Coral researchers from NOAA’s Atlantic Oceanographic and Meteorological Laboratory (AOML) and the University of Miami Cooperative Institute of Marine and Atmospheric Science (CIMAS) recently organized into three teams and ventured into the field to tackle a multitude of research projects relating to sensitive coral ecosystems in Miami and the Florida Keys.
The first project, led by CIMAS scientist Michael Studivan, PhD, examines the genetic structure of different coral populations in urbanized, inshore habitats throughout southeast Florida compared to offshore reefs. The study’s main focus is on coral species that are classified as endangered or more susceptible to stony coral tissue loss disease, a deadly disease spreading at an alarming rate. While in the field, samples of coral substrate, the coral’s hard, rock-like foundation, were collected for ocean acidification experiments in the CIMAS Experimental Reef Lab.
A second project, led by CIMAS scientist Alice Webb, PhD, involves understanding the effects of microborers – small organisms that make microscopic holes in corals – living within coral substrate in different environments. Coral rubble was collected at Emerald and Rainbow Reefs offshore of Miami and at Cheeca Rocks, a long-term monitoring site in the Florida Keys. The rubble will be exposed to different pH levels, in the Experimental Reef Lab to help Dr. Webb and her team better understand how ocean acidification affects bioerosion on coral reef substrates.
While on the research vessel, more fieldwork was conducted for University of Miami Rosenstiel/CIMAS PhD student Allyson Demerlis’ dissertation, with help from AOML researchers. The team worked together to monitor and check deployed instruments that measure temperature and pH. These instruments are used to study the effects of different environments (urban versus non-urban sites) on coral reef resilience. Urban environments seem to mimic future ocean conditions, with higher temperatures and lower pH levels, meaning the corals residing in these areas are potentially more resilient to climate change.
“The ability to conduct field work like this in these different environments is critical for understanding coral resilience. The urban reefs around the Port of Miami are especially exciting to visit because the corals experience higher levels of stress than your typical coral reef. Despite this, certain species of coral seem to thrive.” – Allyson Demerlis, AOML/CIMAS Researcher & PhD Student
During this excursion, AOML/CIMAS researchers had the opportunity to meet with reporters from a local news station andshowed them the site where fellow Coral Program researchers sprang into action to rescue endangered coral colonies following the collapse of a seawall off Miami Beach in July 2022. While at the site, AOML/CIMAS coral researchers noticed construction was underway to rebuild the seawall, putting even more corals in danger. Miami field team members once again sprang into action, recovering 4 coral colonies that were relocated to AOML’s Coral Program nursery at the Coral City Camera site.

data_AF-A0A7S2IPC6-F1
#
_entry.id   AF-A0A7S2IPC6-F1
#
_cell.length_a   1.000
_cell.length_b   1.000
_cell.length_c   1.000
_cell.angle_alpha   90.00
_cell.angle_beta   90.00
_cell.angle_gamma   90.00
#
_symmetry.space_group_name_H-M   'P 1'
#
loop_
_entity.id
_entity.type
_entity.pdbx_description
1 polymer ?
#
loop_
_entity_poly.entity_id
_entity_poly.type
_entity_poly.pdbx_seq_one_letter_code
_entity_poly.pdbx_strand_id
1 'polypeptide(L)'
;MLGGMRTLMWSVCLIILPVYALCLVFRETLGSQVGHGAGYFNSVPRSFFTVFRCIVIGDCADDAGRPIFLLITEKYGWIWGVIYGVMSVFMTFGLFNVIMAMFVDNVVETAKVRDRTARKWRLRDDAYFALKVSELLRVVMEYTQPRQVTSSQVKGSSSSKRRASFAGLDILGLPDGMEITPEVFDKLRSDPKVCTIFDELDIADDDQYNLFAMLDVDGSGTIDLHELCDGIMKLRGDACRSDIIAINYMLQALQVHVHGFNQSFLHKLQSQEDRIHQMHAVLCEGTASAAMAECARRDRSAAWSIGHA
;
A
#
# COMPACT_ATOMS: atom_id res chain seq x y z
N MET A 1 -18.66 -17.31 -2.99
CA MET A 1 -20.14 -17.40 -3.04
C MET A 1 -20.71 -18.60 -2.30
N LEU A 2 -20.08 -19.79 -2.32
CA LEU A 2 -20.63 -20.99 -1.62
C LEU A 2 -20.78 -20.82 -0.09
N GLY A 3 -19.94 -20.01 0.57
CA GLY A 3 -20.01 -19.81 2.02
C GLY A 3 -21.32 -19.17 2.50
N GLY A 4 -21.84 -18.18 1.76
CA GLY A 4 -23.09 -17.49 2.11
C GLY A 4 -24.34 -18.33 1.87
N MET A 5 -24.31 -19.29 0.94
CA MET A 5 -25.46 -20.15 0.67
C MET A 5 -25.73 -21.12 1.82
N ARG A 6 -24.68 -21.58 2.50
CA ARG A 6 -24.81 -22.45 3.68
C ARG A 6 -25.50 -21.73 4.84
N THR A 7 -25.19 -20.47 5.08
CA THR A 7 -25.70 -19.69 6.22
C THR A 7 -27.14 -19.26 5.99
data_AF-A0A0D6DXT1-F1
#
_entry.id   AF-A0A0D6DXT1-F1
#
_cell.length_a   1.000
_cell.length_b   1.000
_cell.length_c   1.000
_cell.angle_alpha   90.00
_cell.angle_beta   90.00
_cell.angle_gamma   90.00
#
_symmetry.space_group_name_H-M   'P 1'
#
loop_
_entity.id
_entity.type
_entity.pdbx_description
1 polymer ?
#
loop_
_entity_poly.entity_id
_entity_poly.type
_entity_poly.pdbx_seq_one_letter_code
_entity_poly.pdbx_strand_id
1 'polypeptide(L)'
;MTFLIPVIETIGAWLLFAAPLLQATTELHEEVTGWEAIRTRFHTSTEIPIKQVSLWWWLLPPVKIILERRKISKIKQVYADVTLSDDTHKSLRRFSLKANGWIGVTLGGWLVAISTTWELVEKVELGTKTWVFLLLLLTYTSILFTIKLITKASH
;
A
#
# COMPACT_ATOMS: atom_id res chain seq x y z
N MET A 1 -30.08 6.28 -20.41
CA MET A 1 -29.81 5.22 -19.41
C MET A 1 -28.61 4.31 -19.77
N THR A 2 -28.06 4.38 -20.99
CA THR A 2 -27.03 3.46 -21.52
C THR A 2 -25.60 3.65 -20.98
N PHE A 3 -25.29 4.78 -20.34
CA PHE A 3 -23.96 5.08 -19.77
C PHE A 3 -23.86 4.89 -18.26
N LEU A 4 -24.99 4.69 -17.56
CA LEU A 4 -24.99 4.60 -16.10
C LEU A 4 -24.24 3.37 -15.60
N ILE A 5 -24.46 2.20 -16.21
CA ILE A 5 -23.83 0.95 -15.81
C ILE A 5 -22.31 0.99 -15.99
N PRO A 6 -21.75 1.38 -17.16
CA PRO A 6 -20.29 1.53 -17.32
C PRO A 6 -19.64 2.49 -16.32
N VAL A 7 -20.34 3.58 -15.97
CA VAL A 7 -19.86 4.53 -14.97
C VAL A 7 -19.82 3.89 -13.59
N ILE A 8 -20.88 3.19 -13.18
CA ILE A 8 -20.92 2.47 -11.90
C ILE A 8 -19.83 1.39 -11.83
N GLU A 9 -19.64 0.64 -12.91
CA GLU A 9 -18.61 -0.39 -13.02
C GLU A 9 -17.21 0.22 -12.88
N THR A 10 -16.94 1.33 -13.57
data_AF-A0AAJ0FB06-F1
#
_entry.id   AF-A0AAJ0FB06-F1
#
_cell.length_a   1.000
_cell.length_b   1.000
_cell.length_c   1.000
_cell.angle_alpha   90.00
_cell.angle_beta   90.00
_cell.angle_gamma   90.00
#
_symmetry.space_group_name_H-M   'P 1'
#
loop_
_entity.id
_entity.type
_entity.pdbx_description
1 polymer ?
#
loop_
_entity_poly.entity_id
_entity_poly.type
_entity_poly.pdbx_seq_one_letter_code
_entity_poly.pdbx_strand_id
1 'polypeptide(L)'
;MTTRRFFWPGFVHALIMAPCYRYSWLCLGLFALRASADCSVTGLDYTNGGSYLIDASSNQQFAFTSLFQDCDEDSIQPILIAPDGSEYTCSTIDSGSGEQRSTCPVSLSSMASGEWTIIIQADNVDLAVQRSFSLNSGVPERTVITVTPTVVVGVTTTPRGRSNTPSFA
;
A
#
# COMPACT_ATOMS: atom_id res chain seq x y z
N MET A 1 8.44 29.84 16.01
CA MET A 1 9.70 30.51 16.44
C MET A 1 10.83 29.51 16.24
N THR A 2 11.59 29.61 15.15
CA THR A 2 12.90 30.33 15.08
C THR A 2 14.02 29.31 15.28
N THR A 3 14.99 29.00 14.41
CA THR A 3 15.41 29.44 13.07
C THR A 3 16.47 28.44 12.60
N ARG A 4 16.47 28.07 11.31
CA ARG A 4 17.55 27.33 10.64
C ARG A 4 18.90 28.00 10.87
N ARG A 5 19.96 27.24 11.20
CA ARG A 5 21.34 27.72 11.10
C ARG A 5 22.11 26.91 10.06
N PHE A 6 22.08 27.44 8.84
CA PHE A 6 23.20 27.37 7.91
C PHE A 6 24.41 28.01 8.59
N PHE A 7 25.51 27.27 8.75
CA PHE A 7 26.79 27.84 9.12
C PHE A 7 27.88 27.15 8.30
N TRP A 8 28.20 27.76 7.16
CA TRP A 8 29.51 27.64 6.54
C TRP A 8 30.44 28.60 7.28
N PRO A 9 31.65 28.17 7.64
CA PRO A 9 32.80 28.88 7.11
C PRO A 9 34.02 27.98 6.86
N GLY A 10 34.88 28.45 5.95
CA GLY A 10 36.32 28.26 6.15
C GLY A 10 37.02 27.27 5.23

In the Florida Keys, Coral Program researchers had two main objectives for their long-term National Coral Reef Monitoring Program (NCRMP) sites: swap out instruments and collect substrate samples at Cheeca Rocks.
Thanks to NOAA’s Coral Conservation Program, NCRMP was created as an integrated and focused monitoring effort, with sites around the globe. These sites provide NOAA scientists an opportunity to collect vital coral reef data, as well as perform assessments that help them understand the status of coral reefs as their environments fall victim to anthropogenic and natural stressors. The Florida Keys field team visited various NCRMP sites to swap out instruments that monitor temperature and bioerosion, a task performed every 3 years to track the progression or regression of reefs.
During the first day of fieldwork, scientists Nicole Besemer, Graham Kolodziej, Morgan Chakraborty, and Tim Holland swapped five STR instruments that monitor temperature and 40 bioerosion monitoring units from four monitoring sites. On the second day, an all female team of researchers ventured into the field to swap out an additional five STR instruments at different NCRMP sites and to collect substrate samples at Cheeca Rocks for Dr. Alice Webb’s study.
This research excursion demonstrated the importance of hands-on science and shows the dedication of our AOML/CIMAS scientists towards answering some of the most difficult questions about the ocean environment. At AOML, research is always occurring, whether it’s behind the scenes at our Atlantic Laboratory or beneath the waves. These research accomplishments show the great partnerships and collaborations that occur between AOML scientists and their cooperative institute colleagues. This partnership allows scientists with both entities to conduct groundbreaking, vital research that capitalizes on the skills and knowledge of one another. At the end of the day, they are all working to conserve our ocean ecosystems in as many ways as possible. Stay tuned for more updates on these Coral Program research projects.